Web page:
PURPOSE: To determine the prevalence and morphologic associations of precaval right renal arteries at spiral computed tomography (CT). MATERIALS AND METHODS: The authors retrospectively reviewed 186 arterial phase contrast material-enhanced spiral CT scans of the abdomen (5.0-mm section thickness in 97 scans, 2.5 mm in 89 scans) obtained during a 2-year period to identify patients with precaval right renal arteries. During routine interpretation of CT scans at daily readout, the authors prospectively identified 39 additional patients with precaval right renal arteries. All cases were evaluated for anatomic variants and associated clinical findings. Fisher exact analysis and X2 analysis were performed to compare the frequency of anatomic variants between patients with and those without precaval renal arteries. RESULTS: Nine of 186 patients had precaval right renal arteries, for a prevalence of 5%. In the 48 patients with precaval renal arteries, 52 precaval arteries were found, of which 48 were accessory and four were dominant. Fourteen patients had right pelviectasis to the level of the precaval artery, and three of these had a clinical diagnosis of right ureteropelvic junction obstruction. Eighteen (35%) of the 52 precaval renal arteries arose from the anterior aspect of the aorta (within 30° of the midline). The lower pole of the right kidney was rotated anteriorly in two (22%) of nine and 13 (33%) of 39 patients with precaval renal arteries in the retrospective and prospective groups, respectively, compared with four (2%) of 177 patients without precaval arteries (P < .05 and P < .001, respectively). CONCLUSION: On the basis of these results, precaval right renal arteries appear to be more common than previously reported. Anterior rotation of the lower pole of the right kidney should prompt a search for precaval renal arteries.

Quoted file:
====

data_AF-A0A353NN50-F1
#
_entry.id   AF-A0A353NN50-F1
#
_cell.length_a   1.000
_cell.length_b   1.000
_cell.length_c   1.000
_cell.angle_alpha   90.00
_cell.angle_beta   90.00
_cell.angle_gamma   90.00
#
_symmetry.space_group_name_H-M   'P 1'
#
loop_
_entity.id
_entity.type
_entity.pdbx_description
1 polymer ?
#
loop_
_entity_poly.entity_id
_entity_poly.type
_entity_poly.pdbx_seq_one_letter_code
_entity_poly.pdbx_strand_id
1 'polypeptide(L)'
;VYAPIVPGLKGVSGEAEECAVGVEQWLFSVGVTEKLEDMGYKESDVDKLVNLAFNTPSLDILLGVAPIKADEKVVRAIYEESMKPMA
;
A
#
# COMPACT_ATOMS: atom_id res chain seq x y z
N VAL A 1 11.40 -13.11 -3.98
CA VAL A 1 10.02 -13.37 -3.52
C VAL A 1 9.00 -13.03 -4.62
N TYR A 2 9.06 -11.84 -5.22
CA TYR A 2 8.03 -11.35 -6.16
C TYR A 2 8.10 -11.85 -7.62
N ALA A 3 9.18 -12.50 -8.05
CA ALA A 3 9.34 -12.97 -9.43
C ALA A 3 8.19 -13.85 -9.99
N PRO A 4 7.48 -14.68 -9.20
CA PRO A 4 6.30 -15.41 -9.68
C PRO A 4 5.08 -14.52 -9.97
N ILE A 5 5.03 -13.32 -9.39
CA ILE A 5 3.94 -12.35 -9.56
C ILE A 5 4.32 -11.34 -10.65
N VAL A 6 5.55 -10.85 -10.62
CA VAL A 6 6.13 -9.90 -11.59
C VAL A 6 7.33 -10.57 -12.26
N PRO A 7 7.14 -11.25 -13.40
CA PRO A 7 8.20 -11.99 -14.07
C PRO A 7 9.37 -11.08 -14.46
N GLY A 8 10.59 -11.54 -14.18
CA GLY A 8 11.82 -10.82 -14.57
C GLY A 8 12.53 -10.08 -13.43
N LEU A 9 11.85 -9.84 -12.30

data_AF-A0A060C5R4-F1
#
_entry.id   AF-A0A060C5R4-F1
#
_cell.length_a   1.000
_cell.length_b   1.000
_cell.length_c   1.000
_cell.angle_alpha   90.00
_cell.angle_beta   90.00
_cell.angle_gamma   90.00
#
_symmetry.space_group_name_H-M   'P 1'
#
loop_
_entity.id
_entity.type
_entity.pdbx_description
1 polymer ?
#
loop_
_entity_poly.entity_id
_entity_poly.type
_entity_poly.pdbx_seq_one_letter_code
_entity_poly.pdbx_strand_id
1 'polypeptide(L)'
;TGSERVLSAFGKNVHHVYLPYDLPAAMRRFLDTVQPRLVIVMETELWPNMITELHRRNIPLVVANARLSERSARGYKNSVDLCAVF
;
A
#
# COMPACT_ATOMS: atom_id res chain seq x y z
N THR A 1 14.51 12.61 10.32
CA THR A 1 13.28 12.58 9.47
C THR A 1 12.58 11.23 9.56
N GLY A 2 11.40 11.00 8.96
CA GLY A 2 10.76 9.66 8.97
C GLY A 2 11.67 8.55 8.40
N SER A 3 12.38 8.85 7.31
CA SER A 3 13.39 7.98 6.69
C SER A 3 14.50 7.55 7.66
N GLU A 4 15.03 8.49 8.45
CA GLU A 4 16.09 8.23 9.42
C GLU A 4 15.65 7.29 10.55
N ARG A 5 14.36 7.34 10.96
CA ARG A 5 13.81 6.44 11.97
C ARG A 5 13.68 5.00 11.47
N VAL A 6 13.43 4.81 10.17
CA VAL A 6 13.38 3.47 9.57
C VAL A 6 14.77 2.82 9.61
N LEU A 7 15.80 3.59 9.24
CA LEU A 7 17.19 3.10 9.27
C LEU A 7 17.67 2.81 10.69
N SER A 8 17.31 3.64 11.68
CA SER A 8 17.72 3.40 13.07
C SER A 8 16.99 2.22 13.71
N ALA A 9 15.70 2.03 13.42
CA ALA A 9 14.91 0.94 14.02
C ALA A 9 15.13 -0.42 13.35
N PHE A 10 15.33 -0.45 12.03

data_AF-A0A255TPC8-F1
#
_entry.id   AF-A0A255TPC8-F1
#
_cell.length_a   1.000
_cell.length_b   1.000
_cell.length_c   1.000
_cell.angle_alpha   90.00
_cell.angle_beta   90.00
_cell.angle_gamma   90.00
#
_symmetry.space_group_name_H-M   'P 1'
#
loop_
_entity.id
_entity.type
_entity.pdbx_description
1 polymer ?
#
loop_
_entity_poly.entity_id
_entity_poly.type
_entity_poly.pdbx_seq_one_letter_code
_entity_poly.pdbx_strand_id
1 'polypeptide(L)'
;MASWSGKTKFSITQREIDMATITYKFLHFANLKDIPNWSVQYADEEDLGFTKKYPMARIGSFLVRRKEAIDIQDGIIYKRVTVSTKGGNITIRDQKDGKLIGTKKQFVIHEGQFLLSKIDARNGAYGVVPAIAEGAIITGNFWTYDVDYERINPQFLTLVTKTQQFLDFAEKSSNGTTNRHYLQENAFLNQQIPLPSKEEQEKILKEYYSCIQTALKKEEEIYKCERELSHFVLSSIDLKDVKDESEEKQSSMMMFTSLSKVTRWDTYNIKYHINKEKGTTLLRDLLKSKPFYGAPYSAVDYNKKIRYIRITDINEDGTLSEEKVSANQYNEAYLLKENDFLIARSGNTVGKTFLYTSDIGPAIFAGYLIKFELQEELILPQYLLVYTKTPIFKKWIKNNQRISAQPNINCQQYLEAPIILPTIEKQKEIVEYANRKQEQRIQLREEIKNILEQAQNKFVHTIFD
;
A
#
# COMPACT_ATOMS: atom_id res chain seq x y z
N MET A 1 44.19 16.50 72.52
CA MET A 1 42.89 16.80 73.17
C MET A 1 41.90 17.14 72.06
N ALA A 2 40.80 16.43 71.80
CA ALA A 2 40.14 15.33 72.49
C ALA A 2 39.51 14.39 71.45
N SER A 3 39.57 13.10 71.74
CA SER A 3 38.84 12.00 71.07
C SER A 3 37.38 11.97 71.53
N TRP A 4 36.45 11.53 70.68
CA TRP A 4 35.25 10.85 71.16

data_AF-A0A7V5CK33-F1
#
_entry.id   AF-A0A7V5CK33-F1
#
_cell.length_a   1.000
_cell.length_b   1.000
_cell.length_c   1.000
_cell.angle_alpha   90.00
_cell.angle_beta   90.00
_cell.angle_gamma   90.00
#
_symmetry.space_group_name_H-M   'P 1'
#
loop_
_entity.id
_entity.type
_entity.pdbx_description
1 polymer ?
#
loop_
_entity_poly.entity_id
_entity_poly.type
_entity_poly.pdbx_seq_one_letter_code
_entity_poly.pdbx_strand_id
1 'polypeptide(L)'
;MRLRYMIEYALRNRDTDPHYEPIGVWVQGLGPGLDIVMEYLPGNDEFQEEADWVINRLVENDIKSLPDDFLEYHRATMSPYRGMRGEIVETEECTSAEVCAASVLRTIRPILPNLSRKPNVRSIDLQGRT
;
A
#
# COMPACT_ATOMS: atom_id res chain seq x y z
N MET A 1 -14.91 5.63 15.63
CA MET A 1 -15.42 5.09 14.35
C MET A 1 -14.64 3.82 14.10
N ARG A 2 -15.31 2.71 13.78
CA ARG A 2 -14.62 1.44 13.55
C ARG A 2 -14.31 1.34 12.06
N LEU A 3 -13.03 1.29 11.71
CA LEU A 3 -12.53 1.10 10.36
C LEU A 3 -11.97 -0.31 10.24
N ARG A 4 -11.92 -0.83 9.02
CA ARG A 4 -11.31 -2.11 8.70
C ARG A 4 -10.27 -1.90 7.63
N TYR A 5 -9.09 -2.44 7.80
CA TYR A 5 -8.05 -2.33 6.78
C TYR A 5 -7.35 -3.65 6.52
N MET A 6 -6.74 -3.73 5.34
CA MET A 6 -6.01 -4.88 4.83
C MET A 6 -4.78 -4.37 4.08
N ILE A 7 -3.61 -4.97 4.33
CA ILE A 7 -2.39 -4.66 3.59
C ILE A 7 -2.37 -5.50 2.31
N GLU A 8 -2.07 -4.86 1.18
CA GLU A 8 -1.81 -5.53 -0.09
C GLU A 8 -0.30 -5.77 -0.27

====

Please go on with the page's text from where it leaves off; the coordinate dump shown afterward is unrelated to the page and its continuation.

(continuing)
- Renal arteries
ASJC Scopus subject areas
- Radiology Nuclear Medicine and imaging